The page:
Thief: The Dark Project came out when I was in high school. It was revolutionary, a game that not only had a solid stealth mechanic but punished you for not being stealthy. It was too difficult for me when it came out, so I gave it up.
Flash forward over 10 years. I bought the first three games thanks to an awesome sale from Gamersgate.com. As a mature (?) adult, I found the first game challenging but not impossible, the second one a bit too easy at times, and the third one a blast. I am now eagerly anticipating the fourth game, although I am disappointed Stephen Russell will not voice Garrett (since they claim they want a younger Garrett.)
Read the article I linked to. It’s three years old now. My opinion of the game, having played it again, has changed, but only slightly. I still think the zombie levels are stupid, but I think they are less stupid if you play them correctly. Similarly, I no longer think burricks (the giant lizards) are the worst monsters in the game (I now think it is the praying mantis that spits bees at you. If you think I am kidding, that such a monster could not possibly exist, you are wrong.)
However, the biggest change in the way I think of the game is this: the story is absolutely terrible. Really. Part of it is the voice actors. Garrett is the only one who doesn’t sound forced when he talks. Everyone else sounds robotic. Leave that aside, though. Where the story falls flat is that at no point is it fleshed out. The later games do, but not this one. You’re told about the Pagans and the Hammerites, but little about what each one hopes to accomplish. The Keepers want “balance”, but they come off as much less powerful Jedi.
If you haven’t played the game — the Hammerites are a religious cult that likes building stuff and hates the undead. I don’t know why this is bad, but they are portrayed as bad during the game. The Pagans worship the Trickster God and speak terrible English. The Keepers have lots of vague prophecies that it would be really, really bad if the Trickster got power and slightly less bad if the Hammerites did.
That’s it. If you want to know how it ends, it turns out that the mysterious stranger that only a fool would trust betrays you, is in fact the Trickster God, and rips your eye out of your head to do a ritual with another floating eye that talks. Only you swap the floating eye that talks with a fake and he dies instead. The end.
In short, the original Thief takes a brilliant concept (the gameplay), executes it pretty well about 80% of the time (ignoring the zombie levels and the purely stupid final level), and marries to a plot that is there only because you need a plot in games. It’s worth playing, and even worth finishing, but there are times I almost gave up.
So what did Thief 2: The Metal Age do? First of all, it has a coherent plot. It’s not breathtakingly original, but it is coherent. Stephen Russell voices Garrett AND Garrett’s main antagonist, thus reducing the number of bad actors in the game. The mechanic is largely the same, with a few wrinkles (invisibility potions are a good one — the scouting orb, not so much), but everything else around the game got a lot better. Some levels are still annoying (finding Brother Cavador was a huge pain, and the tracking missions have never been done particularly well in either of the first two games), but the only undead in the game are there for a cheap scare. Everything the first game did poorly, the second game did well, and everything the first game did well, the second game did better. My favorite sequence in the series actually occurs towards the end of the second game, when you have two consecutive missions, one in which you case a place to rob and a second in which you actually rob it. It’s such a logical idea that I’m surprised they didn’t do it before, and I hope they do more of it in the fourth game.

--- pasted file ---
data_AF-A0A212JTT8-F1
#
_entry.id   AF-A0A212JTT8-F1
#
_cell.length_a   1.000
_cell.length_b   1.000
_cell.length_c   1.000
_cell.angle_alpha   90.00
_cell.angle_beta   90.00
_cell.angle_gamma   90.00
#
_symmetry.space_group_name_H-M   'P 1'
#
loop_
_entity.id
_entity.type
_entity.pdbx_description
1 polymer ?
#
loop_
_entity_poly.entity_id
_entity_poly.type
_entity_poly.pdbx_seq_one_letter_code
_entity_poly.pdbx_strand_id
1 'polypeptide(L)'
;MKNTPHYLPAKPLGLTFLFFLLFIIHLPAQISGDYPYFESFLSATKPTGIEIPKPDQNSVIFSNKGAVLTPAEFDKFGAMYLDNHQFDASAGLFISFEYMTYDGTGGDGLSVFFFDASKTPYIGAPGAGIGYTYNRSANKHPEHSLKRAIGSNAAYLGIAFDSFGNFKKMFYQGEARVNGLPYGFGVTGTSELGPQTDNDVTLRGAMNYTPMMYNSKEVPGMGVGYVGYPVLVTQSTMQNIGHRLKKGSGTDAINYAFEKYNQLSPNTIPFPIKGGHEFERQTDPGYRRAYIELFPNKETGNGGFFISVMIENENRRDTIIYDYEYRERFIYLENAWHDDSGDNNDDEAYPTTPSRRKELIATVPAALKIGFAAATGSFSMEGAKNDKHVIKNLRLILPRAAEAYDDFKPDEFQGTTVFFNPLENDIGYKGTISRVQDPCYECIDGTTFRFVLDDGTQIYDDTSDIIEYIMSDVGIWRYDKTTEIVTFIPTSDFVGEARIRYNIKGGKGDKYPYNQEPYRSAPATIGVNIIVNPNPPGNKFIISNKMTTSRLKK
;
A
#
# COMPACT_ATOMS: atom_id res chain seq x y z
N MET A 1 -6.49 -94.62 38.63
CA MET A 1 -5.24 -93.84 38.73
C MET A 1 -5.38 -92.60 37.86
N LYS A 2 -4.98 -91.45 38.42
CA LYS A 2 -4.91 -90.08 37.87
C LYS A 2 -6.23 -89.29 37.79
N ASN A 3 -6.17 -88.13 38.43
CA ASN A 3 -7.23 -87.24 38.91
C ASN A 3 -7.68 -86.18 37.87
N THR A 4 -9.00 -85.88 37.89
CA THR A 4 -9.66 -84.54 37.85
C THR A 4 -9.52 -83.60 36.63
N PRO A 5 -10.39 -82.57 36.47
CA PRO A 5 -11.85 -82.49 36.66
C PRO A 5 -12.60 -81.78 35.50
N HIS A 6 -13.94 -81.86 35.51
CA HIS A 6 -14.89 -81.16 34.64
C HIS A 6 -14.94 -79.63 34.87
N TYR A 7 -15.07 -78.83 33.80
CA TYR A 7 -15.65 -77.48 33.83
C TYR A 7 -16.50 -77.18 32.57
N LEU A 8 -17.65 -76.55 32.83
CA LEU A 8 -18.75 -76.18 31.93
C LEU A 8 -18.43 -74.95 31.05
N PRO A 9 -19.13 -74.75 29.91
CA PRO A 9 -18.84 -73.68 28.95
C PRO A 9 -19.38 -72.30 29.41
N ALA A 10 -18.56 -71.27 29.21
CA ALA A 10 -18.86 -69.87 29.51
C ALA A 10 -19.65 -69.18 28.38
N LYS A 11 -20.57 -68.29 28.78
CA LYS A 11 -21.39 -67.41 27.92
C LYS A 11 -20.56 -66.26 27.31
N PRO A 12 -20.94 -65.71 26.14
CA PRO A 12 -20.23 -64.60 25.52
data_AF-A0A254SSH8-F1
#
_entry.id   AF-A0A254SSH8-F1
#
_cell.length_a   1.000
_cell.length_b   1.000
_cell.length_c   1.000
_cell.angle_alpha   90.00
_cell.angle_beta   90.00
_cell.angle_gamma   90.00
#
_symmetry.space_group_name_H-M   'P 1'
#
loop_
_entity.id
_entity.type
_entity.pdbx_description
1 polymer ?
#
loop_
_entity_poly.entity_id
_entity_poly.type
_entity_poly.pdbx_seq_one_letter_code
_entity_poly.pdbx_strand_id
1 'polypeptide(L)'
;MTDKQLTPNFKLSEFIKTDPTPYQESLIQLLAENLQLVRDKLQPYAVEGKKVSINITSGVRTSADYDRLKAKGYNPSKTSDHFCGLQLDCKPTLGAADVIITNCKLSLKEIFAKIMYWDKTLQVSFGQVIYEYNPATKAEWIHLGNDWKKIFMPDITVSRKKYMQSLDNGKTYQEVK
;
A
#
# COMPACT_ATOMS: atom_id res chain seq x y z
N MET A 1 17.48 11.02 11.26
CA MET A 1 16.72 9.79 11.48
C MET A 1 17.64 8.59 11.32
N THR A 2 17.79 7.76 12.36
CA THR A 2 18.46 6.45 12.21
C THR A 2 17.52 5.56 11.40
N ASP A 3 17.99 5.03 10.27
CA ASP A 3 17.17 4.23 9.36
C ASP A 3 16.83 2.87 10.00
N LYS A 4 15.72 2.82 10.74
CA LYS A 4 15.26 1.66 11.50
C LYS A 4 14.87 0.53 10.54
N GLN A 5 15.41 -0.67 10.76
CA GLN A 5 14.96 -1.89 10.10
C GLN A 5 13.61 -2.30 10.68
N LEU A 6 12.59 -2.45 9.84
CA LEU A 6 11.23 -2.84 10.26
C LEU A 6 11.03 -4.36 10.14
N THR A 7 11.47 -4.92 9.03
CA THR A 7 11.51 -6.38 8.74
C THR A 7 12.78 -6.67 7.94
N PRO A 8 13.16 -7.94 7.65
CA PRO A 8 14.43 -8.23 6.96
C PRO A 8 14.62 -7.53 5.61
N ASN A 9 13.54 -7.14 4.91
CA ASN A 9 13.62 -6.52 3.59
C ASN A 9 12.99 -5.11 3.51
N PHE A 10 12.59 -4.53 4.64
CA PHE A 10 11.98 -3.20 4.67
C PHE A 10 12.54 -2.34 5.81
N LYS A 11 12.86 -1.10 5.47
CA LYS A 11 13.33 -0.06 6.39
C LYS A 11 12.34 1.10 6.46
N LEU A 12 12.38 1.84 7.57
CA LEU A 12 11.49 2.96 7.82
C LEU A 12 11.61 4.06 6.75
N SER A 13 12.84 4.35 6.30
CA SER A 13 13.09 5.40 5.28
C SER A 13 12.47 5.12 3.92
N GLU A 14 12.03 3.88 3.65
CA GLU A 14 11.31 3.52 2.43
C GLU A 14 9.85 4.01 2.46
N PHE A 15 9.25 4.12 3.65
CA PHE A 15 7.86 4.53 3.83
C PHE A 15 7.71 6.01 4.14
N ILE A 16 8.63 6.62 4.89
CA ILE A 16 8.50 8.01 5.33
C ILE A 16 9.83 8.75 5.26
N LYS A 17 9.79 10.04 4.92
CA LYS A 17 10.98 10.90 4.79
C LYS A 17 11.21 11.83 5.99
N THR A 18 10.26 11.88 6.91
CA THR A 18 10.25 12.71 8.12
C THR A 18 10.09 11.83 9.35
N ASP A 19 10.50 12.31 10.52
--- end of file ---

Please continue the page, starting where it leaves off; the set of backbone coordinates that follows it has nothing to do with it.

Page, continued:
What about Thief: Deadly Shadows (or Thief 3, as most people call it)? It tries to be an open world game, and if you judge it by non-GTA standards, it pulls it off. There’s stuff to do between missions. Not a lot, but there is stuff to do. Replacing Garrett’s sword with a dagger seemed irritating at first, but upon reflection it was a brilliant design decision, as it makes Garrett more vulnerable (no fighting off four guys at once), but gives you a new tool in your arsenal (one hit kills on unsuspecting opponents if done from the back). It returns, in some ways, to the mucked up plot from the first game, but does a much better job of giving you context. The faction system is crude, and there’s no reason not to make both the Hammerites and Pagans like you, but it adds some depth. It’s the most polished game of the series, and in many ways the best one.
I think Looking Glass Studios/Ion Storm has, in these games, a clinic on how to make a successful franchise. An innovative mechanic gets you in the door, but consistent and solid improvement is what keeps people wanting more. You don’t always have to risk changing everything to make great sequels. Sometimes that works (Mass Effect 2 is an example), sometimes it doesn’t (Deus Ex: Invisible War is a decent follow up to the original, but they tried too hard), sometimes it’s a catastro-fuck (hello, High Heat!) Thief raised the bar each time, but didn’t stray. Play all three if you can — they’re cheap and even the first one has some great levels. But if you play only the third one, recognize the great work that went into the first two.
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